As always, life intervened, and while I was able to get through to the new year, I was hit with a pretty terrible illness on January 1st. I will spare you the messy details, but the PG version is that I was stuck in bed, unable to digest food, barely able to move (literally; I left my apartment maybe three times in a two week period), and completely and utterly exhausted. 15–16 hours of sleep per day was not out of the ordinary.

Fortunately, after multiple doctors visits and multiple prescriptions, I’m nearly fighting fit, and back to work. Although I didn’t get any time to work on personal projects, I’m being a bit smarter about how I structure my time this year. I’m aiming to dedicate around 4 hours a day to clients, and 3 to my own projects. I’m not sure yet how this will work, but the idea is sound, at the very least.

There’s a lot on the horizon too. Foremost in my mind is my impending trip abroad. I’ll be spending at least a month—perhaps two—in Barcelona. It’s my first major longish-term trip overseas in a few years, and I can’t wait. This is going to be a great opportunity to get the relaxation I missed while I was sick, and experience a partial winter without snow. I’m leaving in late February, which is coming sooner than I think.

In preparation for the trip I’m doing a lot of downsizing and minimising. I’ve always been a minimalist, but this travel is a great opportunity to take it to a new level. I doubt I’ll ever reach one-bag living—and I’m not sure I want to—but I still know I can do more with less. Even this blog has been hit; I’ve moved from my custom theme to WordPress’ default theme, 2015. I’ll probably make a few tweaks (namely fonts), but I’m already loving the extra breathing room.

Oh, and I’ve picked my three words for the year (though I’m not dedicating a post to them as in years past). The words are bold, brave, and fearless. Similar, yes, but they are going to help me focus on getting more assertive, forward, and direct. Fear is the root of so many problems we encounter and I want to devote this year to eradicating it from my life.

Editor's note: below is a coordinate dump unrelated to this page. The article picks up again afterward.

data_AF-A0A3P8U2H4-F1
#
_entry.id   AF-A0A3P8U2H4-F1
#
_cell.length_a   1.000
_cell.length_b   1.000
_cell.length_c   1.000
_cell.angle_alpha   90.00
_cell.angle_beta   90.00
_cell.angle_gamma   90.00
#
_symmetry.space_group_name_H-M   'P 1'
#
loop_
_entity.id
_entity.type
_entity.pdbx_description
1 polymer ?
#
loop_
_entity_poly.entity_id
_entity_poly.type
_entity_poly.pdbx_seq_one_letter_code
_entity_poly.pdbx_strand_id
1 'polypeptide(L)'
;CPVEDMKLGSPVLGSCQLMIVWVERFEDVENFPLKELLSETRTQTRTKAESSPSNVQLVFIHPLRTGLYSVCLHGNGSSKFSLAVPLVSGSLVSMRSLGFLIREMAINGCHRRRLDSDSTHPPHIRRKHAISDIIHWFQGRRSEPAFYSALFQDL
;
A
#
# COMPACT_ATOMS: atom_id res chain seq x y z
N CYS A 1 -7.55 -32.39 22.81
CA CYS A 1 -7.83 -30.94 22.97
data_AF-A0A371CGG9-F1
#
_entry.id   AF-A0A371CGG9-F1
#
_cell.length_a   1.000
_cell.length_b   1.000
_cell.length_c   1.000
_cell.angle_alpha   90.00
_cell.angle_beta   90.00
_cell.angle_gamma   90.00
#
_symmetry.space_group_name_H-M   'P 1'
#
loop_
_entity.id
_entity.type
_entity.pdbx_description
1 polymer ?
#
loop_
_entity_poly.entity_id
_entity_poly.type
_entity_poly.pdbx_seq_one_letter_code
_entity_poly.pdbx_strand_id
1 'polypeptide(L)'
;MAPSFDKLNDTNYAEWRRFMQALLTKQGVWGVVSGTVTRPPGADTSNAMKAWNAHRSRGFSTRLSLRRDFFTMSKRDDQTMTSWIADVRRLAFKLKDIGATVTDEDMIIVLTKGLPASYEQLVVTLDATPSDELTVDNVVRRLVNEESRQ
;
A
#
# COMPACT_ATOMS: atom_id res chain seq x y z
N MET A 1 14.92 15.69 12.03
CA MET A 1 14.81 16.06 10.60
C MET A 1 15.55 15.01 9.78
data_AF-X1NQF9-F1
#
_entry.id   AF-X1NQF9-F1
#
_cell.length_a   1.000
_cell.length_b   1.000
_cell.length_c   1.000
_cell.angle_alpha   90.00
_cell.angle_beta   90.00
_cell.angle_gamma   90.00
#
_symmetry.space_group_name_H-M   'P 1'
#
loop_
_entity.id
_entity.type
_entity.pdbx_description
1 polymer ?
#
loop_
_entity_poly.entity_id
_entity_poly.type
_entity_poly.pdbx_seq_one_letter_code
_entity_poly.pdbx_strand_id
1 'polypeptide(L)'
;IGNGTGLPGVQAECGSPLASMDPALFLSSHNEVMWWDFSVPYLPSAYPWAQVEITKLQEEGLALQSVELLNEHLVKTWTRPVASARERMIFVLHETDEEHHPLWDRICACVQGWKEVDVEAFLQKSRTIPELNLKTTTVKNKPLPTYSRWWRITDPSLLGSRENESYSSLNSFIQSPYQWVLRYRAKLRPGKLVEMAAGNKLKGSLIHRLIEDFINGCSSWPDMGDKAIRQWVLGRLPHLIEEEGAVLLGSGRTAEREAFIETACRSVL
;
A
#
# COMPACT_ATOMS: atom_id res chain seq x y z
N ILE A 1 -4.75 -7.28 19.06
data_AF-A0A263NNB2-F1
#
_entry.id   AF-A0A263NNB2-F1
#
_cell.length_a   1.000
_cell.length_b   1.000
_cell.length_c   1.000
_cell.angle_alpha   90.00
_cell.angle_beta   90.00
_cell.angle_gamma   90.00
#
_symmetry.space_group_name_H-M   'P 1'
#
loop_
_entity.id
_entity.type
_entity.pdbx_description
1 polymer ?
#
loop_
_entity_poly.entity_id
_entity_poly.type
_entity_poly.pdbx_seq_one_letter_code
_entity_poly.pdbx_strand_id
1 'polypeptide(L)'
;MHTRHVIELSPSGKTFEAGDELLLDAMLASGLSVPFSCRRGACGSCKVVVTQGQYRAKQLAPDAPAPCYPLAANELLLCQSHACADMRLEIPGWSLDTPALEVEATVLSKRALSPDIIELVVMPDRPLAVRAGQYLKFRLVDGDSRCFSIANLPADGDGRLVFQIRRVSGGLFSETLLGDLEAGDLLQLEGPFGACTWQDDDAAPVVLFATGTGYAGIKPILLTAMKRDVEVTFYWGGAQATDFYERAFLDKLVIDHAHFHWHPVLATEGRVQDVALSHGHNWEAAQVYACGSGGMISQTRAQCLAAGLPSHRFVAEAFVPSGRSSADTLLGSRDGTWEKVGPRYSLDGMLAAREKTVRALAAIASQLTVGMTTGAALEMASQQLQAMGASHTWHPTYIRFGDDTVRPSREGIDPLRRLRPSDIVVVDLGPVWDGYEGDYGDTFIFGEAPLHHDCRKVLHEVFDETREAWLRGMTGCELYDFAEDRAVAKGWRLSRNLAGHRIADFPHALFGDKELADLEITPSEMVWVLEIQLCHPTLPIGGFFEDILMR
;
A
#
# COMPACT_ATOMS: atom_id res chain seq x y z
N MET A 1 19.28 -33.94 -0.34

Anyway, that’s where we’re at so far, just a month in. Thanks for tuning in, as always, and I’ll talk to you soon in the comments, via email, or on Twitter.

Notes from WordCamp Toronto 2014

10755916_706593179448053_1303361007_nI was so happy to make my final WordCamp of 2014 WordCamp Toronto! I last spoke at WordCamp Toronto in 2012 and had a blast, even though I was fighting a nasty cold. This time was much better personal health-wise, and I hope you loved my talk!

The slides from my talk, Project Management 101, are embedded below. Please feel free to send me questions, comments, and notes.

Travel Tips

I’ve just finished off a series of speaking engagements and events that have required a lot of travel—six cities since mid-August—and have had a lot of time to practice and hone my travel skills.

Here are a few travel tips that guide my “travel philosophy”. Hopefully they’ll help you too.

1. Pack light

Packing light is the cornerstone of my strategy. For me, that means packing my entire trip into a single bag (this one, if you’re curious).

Because I restrict myself to one bag, I’m forced to make tough decisions about what stays and what goes, which is why I need to…

2. Pack smart

With so little space to fill, I need to be extra savvy about what to pack. That process starts by cutting out everything but the essentials, but also involves choosing gear that’s as light and/or multifunctional as possible.

For example, I often used to carry a single shirt for wearing under button-downs, and another shirt for wearing to bed at night. By switching to a shirt from Uniqlo’s Airism line, I’m able to get a single shirt that can do double duty, because it resists odors and wrinkles (Airism gear is also incredibly lightweight, which is just as important).